Context Sustained inflation (SI) has been advocated as an alternative to intermittent positive pressure ventilation (IPPV) during the resuscitation of neonates at birth, to facilitate the early development of an effective functional residual capacity, reduce atelectotrauma and improve oxygenation after the birth of preterm infants.
Objective The primary aim was to review the available literature on the use of SI compared with IPPV at birth in preterm infants for major neonatal outcomes, including bronchopulmonary dysplasia (BPD) and death.
Data source MEDLINE, EMBASE and the Cochrane Central Register of Controlled Trials, until 6 October 2014.
Study selection Randomised clinical trials comparing the effects of SI with IPPV at birth in preterm infants for neonatal outcomes.
Data extraction and synthesis Descriptive and quantitative information was extracted; data were pooled using a random effects model. Heterogeneity was assessed using the Q statistic and I2.
Results Pooled analysis showed significant reduction in the need for mechanical ventilation within 72 h after birth (relative risk (RR) 0.87 (0.77 to 0.97), absolute risk reduction (ARR) −0.10 (−0.17 to −0.03), number needed to treat 10) in preterm infants treated with an initial SI compared with IPPV. However, significantly more infants treated with SI received treatment for patent ductus arteriosus (RR 1.27 (1.05 to 1.54), ARR 0.10 (0.03 to 0.16), number needed to harm 10). There were no differences in BPD, death at the latest follow-up and the combined outcome of death or BPD among survivors between the groups.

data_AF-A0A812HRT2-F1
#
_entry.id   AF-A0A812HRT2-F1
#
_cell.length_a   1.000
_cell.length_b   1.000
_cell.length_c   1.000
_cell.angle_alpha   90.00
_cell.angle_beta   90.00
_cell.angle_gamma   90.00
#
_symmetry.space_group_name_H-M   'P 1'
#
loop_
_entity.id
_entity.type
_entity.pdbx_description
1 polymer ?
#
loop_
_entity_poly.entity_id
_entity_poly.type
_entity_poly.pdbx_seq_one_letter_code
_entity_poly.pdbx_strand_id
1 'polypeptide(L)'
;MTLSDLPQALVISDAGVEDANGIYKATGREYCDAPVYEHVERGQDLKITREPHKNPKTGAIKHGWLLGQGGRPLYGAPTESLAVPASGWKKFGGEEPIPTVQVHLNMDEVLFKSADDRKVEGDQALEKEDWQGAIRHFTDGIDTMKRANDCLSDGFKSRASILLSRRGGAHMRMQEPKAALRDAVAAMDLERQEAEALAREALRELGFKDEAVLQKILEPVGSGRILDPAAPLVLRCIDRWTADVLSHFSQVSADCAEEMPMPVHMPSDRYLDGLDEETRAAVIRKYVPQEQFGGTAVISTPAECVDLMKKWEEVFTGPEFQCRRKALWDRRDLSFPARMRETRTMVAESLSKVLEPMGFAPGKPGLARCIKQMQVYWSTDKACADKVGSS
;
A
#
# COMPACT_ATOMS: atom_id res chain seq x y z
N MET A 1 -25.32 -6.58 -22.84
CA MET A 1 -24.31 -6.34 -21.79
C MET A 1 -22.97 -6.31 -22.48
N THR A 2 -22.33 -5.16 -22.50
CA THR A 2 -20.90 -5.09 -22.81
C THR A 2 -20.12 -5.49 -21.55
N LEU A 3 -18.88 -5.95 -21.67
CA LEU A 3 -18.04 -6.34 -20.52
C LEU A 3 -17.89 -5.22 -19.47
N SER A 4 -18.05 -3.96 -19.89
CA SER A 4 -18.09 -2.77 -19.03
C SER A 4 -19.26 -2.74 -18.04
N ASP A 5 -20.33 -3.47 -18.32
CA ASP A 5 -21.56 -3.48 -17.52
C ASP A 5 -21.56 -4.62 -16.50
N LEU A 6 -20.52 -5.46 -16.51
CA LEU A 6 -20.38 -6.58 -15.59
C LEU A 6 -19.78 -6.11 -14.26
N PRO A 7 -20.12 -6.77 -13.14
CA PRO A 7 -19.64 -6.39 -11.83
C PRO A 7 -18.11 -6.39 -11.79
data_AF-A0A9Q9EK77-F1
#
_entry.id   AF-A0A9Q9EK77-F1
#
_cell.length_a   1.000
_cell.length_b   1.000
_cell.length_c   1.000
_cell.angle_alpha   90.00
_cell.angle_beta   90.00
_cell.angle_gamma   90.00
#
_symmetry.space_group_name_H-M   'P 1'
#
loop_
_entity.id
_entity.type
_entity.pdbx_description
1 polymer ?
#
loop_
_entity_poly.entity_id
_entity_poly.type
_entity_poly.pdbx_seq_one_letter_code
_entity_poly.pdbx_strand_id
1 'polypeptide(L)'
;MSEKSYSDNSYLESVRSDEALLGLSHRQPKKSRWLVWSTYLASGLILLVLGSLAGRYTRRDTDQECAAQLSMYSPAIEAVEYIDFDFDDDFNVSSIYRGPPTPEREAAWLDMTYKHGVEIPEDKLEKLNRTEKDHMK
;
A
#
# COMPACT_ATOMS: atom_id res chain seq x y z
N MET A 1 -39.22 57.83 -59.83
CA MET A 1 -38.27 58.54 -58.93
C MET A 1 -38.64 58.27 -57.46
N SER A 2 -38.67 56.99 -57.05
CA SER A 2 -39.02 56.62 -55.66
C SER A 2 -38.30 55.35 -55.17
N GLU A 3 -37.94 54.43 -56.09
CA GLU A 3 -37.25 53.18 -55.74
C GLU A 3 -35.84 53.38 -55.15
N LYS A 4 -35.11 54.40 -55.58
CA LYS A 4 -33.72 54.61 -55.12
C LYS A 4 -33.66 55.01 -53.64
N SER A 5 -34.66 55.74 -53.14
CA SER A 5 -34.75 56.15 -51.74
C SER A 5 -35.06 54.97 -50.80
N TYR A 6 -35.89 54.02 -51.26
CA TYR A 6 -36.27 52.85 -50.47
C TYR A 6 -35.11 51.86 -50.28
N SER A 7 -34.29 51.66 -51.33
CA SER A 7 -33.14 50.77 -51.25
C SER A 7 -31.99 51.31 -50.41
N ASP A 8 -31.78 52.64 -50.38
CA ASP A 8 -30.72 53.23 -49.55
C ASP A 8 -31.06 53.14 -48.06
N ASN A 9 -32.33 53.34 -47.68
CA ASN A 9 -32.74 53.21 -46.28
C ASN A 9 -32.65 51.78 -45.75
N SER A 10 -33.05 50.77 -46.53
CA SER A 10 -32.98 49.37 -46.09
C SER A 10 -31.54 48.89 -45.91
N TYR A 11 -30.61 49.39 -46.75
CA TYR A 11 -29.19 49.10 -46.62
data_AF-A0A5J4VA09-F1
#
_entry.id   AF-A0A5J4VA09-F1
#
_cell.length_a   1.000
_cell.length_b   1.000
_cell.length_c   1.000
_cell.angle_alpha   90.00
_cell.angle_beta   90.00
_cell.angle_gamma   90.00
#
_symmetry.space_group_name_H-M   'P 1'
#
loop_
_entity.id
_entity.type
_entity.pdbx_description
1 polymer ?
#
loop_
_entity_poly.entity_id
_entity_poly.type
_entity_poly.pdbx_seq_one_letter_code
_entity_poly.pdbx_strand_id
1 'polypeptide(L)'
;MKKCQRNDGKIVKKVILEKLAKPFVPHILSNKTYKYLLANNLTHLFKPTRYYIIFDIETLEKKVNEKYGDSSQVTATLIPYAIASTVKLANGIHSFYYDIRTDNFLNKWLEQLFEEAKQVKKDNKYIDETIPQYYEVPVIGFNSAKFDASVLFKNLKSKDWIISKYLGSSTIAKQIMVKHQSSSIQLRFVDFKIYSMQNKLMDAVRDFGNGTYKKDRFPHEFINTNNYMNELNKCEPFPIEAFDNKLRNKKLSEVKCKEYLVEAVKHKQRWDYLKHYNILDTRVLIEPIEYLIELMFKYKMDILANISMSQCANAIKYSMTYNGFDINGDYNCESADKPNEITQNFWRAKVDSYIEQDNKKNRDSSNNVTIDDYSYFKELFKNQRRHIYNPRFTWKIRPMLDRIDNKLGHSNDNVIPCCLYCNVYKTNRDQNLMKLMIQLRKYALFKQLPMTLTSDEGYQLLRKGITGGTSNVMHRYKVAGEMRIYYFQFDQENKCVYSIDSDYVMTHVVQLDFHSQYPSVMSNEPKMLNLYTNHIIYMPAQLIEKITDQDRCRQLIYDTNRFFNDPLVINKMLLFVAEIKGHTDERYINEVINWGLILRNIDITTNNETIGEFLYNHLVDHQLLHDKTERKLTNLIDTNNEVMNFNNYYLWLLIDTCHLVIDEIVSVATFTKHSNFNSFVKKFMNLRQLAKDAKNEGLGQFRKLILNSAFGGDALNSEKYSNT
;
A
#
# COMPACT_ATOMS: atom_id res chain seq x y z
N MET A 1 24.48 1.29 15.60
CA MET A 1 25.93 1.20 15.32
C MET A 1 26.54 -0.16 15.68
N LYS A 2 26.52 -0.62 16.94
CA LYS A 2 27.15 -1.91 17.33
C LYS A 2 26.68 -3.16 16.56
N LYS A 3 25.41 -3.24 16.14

Conclusions Compared with IPPV, preterm infants initially treated with SI at birth required less mechanical ventilation with no improvement in the rate of BPD and/or death. The use of SI should be restricted to randomised trials until future studies demonstrate the efficacy and safety of this lung aeration manoeuvre.
- Delivery room
- Neonatal Resuscitation
- Positive Pressure Respiration
- Sustained inflation
Statistics from Altmetric.com
If you wish to reuse any or all of this article please use the link below which will take you to the Copyright Clearance Center’s RightsLink service. You will be able to get a quick price and instant permission to reuse the content in many different ways.